Savonarola, psychologically, had a few sore spots, obsessions that became open sores. He demanded asceticism and rejection of the vanities by the people of Florence in general and especially by the monks in the Dominican order, who had been living a rather luxurious life largely based on Medici generosity at the priory of San Marco. He also hated homosexuals – not just the sin, but the sinners themselves. He detested it with a classic homophobe’s passion. He may have seen too much sex among the brothers. He may have had a bad experience, or many. Who knows? Nonetheless, fanatics and prophets are made, not born. Near the end of his theocratic regime, Savonarola pressed the city government, the signoria, to make sodomy a capital crime. Before it had been at worst mocked, at best accepted, not officially condemned. The prophet friar hated the Borgias and the Church in general, as did a lot of clerics in that era, for the sins of simony or the buying and selling offices, wholesale indulgences for horrific crimes, non-stop hypocrisy, lots of whoring, and for committing all the seven deadly sins on a daily basis. In another time or place, the friar could have been a strait laced protestant, but Savonarola had too much of the old school Hebrew prophet, Elijah, in his heart. He truly believed he could lead a revolt of the righteous and build a new Jerusalem, directly, with beatings and bonfires of riches, luxuries, the vanities, and not in ninety five theses nailed to a door like Martin Luther. Fra Savonarola wanted to be the active, swinging, scourge of God.
All that duly noted, Ms. Morris, manages in her last few chapters of here book which depicted the ordeal, tortures, trial and execution of Savonarola and his two of his top co-heretics, Fra Domenico and Fra Silvestro to make the friar almost sympathetic and certainly less un-likeable. It seems the fanatic, the zealot, was not made of firmer stuff of more dedicated or more insane martyrs. The great preacher and prophet broke after two or three turns of the strappado. The device, the strappado was a vicious torturer’s tool elegant in its cheapness and simplicity; the victim’s hands are tied behind their back, like cops, today, handcuff prisoners. The poor wretch is then hoisted up few meters or so to the ceiling and dropped. When the rope stops the shoulders pops. All torturers have no souls, but the most accomplished of them do have an intuitive sense of physics and biology.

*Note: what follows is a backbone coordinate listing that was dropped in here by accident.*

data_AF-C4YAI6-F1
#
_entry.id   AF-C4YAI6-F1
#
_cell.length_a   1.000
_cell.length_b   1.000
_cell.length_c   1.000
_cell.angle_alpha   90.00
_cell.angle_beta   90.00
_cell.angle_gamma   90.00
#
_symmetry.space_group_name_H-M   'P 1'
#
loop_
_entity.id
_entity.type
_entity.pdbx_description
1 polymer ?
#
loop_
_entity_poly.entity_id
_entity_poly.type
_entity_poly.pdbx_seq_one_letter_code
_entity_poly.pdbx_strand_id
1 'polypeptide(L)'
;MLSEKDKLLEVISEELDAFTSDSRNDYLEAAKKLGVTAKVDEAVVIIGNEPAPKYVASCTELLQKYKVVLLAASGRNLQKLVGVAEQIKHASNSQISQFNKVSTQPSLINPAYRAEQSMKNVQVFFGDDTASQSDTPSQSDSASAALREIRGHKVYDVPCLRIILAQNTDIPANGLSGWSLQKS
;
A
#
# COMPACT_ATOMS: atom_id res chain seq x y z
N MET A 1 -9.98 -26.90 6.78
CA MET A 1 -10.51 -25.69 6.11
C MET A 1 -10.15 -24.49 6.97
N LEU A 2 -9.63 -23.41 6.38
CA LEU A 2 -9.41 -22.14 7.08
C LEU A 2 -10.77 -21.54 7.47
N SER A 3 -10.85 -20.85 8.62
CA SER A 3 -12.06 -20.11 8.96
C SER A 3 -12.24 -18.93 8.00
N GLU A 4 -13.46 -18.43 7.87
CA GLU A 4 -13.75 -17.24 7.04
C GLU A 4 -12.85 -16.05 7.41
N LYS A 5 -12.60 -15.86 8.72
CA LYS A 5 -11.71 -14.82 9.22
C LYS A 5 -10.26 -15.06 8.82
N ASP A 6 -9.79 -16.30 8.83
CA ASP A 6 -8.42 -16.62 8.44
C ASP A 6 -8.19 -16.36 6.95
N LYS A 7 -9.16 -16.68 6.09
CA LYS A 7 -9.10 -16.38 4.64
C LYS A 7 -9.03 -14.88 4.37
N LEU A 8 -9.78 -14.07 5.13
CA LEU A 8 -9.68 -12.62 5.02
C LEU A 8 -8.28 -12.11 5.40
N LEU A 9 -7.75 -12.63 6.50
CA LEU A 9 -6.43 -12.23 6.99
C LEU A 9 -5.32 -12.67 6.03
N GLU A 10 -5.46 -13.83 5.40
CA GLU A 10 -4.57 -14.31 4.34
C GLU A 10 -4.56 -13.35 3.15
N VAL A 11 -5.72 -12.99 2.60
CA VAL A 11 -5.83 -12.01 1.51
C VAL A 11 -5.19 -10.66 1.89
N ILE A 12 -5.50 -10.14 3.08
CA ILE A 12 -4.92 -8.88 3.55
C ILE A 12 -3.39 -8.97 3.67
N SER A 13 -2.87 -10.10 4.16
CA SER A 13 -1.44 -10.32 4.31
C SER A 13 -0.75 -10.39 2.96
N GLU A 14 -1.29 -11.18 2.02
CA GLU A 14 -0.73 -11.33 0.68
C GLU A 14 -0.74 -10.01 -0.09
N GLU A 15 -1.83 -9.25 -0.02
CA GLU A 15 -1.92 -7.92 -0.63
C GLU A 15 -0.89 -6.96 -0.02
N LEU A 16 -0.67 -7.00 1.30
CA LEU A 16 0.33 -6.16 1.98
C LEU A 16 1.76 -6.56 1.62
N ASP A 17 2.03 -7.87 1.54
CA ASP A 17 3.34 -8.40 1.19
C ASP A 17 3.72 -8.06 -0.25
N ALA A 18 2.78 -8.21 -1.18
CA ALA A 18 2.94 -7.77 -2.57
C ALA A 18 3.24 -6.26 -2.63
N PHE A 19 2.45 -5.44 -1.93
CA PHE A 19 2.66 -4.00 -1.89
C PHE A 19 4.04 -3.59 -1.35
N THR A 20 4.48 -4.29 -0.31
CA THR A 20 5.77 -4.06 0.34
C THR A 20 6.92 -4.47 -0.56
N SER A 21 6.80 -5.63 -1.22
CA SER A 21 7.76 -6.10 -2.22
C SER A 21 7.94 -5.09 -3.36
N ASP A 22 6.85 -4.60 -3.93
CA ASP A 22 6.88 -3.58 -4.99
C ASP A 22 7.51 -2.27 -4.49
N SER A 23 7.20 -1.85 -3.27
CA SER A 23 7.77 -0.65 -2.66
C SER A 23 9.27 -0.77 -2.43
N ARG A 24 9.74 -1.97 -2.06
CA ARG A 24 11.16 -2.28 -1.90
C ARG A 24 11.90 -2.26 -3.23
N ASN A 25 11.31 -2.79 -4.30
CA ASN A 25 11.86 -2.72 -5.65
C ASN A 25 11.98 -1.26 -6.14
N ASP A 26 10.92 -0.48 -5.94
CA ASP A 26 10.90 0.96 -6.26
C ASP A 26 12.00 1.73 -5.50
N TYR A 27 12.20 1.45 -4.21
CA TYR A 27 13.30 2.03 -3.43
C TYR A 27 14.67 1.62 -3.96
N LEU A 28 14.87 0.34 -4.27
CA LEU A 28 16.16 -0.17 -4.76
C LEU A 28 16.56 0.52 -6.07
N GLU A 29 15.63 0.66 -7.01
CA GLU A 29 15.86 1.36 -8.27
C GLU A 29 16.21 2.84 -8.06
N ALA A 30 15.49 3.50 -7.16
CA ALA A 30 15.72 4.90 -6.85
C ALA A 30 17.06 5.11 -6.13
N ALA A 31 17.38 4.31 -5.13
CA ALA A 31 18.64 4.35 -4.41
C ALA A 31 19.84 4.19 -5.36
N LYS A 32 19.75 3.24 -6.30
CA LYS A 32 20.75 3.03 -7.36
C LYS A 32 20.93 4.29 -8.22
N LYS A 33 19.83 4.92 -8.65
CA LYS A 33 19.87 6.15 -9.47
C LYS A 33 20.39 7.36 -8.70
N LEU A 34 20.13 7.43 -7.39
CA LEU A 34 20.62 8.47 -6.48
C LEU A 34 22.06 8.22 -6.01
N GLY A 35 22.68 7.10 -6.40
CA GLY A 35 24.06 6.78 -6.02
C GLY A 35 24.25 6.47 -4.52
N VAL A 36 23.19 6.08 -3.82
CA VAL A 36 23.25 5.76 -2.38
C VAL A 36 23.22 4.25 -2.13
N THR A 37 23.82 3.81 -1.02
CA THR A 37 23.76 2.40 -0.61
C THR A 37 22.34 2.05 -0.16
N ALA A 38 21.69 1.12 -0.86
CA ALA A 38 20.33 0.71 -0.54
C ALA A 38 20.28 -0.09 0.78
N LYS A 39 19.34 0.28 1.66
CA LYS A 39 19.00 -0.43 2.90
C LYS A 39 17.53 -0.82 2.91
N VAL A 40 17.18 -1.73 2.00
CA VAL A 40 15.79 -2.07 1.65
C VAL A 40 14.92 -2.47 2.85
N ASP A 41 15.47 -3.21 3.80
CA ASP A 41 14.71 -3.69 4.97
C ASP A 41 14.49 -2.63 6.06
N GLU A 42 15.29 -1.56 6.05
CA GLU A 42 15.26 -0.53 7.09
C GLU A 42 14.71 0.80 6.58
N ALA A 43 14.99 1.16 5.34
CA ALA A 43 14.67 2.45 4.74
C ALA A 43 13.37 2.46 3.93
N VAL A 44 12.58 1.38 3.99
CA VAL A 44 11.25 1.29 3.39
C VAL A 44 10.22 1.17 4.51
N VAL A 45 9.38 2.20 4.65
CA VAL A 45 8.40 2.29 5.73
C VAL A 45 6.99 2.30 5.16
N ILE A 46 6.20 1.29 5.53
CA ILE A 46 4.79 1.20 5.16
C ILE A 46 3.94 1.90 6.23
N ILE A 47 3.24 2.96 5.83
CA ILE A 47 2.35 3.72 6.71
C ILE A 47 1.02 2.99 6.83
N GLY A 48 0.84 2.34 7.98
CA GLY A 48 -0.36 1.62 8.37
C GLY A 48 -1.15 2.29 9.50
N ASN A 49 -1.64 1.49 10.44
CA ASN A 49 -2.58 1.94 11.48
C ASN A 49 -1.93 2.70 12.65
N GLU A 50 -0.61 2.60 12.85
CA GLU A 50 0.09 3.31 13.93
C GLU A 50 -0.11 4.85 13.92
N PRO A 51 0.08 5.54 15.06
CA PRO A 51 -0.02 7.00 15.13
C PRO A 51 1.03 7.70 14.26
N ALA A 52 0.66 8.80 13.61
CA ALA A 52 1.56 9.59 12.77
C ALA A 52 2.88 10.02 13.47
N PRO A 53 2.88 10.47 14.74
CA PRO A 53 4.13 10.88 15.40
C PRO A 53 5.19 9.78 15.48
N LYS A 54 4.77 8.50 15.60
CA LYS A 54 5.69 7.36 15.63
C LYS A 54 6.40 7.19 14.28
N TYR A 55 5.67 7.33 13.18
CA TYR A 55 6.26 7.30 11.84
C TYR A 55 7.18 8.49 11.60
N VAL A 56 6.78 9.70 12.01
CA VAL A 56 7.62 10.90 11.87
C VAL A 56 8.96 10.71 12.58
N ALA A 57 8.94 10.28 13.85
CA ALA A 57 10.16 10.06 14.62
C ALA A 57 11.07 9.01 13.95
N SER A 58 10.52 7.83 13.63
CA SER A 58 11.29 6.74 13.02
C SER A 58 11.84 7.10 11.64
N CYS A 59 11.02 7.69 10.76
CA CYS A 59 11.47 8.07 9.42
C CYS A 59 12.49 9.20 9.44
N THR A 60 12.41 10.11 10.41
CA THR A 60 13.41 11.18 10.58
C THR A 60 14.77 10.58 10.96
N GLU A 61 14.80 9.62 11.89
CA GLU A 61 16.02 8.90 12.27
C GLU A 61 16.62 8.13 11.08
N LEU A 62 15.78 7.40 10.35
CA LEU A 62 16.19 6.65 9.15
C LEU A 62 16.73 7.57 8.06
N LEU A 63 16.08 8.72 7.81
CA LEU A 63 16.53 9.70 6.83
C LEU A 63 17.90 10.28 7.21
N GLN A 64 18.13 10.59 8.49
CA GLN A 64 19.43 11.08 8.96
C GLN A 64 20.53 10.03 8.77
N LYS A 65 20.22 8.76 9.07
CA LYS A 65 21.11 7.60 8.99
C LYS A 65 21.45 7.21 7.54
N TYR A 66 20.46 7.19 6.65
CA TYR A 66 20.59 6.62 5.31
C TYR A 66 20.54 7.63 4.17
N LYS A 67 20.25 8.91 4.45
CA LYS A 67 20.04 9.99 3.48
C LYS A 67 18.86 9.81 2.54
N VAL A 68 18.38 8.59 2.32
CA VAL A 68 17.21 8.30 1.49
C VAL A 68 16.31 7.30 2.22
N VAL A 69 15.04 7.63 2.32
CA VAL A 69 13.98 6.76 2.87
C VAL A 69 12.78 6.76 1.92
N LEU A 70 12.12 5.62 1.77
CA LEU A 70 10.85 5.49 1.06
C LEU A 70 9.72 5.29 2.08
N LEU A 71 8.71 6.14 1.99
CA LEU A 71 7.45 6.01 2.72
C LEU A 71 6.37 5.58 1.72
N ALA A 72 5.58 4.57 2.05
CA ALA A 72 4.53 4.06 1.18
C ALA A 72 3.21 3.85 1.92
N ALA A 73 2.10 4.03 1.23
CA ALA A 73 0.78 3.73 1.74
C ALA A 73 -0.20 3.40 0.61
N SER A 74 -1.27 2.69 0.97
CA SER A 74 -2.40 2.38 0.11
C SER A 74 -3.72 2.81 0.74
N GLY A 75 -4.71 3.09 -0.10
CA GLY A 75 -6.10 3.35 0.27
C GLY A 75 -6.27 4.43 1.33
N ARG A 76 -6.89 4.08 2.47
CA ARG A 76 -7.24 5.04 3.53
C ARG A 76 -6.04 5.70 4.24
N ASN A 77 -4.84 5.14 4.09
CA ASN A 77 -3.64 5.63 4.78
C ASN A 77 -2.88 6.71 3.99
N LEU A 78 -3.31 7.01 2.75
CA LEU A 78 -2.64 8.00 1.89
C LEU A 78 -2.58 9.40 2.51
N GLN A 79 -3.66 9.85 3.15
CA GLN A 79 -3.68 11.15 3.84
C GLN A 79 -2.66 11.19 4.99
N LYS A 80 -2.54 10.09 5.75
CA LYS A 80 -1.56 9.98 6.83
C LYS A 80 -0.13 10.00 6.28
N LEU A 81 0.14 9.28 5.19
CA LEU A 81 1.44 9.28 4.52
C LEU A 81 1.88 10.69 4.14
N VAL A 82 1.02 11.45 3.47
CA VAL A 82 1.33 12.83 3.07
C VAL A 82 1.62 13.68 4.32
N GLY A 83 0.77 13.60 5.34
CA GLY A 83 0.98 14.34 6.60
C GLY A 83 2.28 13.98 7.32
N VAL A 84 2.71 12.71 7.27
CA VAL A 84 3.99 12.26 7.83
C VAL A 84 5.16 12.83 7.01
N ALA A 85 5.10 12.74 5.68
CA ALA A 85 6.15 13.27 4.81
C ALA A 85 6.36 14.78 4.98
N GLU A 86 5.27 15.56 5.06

The preacher monk under such excruciating pain, did what any reasonable man or woman would do in that situation, he confessed, he rolled, he admitted all the calumnies and offenses he had ever committed against the Holy Mother Church and its high priest and prince, the corrupt and contemptible Alexander VI. Reading the last few pages of Ms. Morris’s biography of the friar who ruled Florence for barely four years, she actually evoked from of me, a Marxist Socratic cynic sceptic, a measure of pity for the homophobic, book burning, deluded monk. Perhaps that is what impressed me most about the author, she not only has a keen sense of history, but possesses that rarer quality, necessary for a good biographer or historian - and abundance of empathy and humanity. Ms. Morris painted a picture of a religious fanatic pitiable, a real three dimensional human at the end of her book and the end of his very life. It was only the breaking before his execution, his fall, and capitulation that rendered Savonarola an ugly, worn, troubled, humbled mortal. Had he not yielded to the torment, he would have died a cipher, a cryptic creature, a mad monk, nothing else.
Ms. Morris, dutifully recorded that when his inquisitors asked Savonarola why; he said vanity, pride and vanity. He claimed it was pride, not the devil, or evil, that made him rebel and preach heresy. Pride is one Catholicism’s deadly sins, along with lust, gluttony, greed, sloth, wrath and envy. ( What makes us sinners also makes us human. ) Vanity, as some of us know, is just a widely accepted human frailty. A protective covering for our insecurities. It was appropriate the friar who preached asceticism, abstinence and discomfit and humility, that he too left this mortal coil burned to a blackened crisp, in the a great bonfire ignited, in a sense, by his own vanity and pride, synonyms for a more secular word "ego". The remains of Savonarola, ended up cast in charred pieces into the river Arne, like the thousands of dresses, wigs, paintings, and secular books he had his faithful devotees burn in other bonfires. Poetic justice? Or just , as I believe, another one of the beautiful ironies one finds scattered throughout history.
With her book Samantha Morris offers up a newer, more humanistic portrait and compassionate insights into the mad friar who ran Florence as a revolutionary prophet from 1494 to 1498. I recommend it.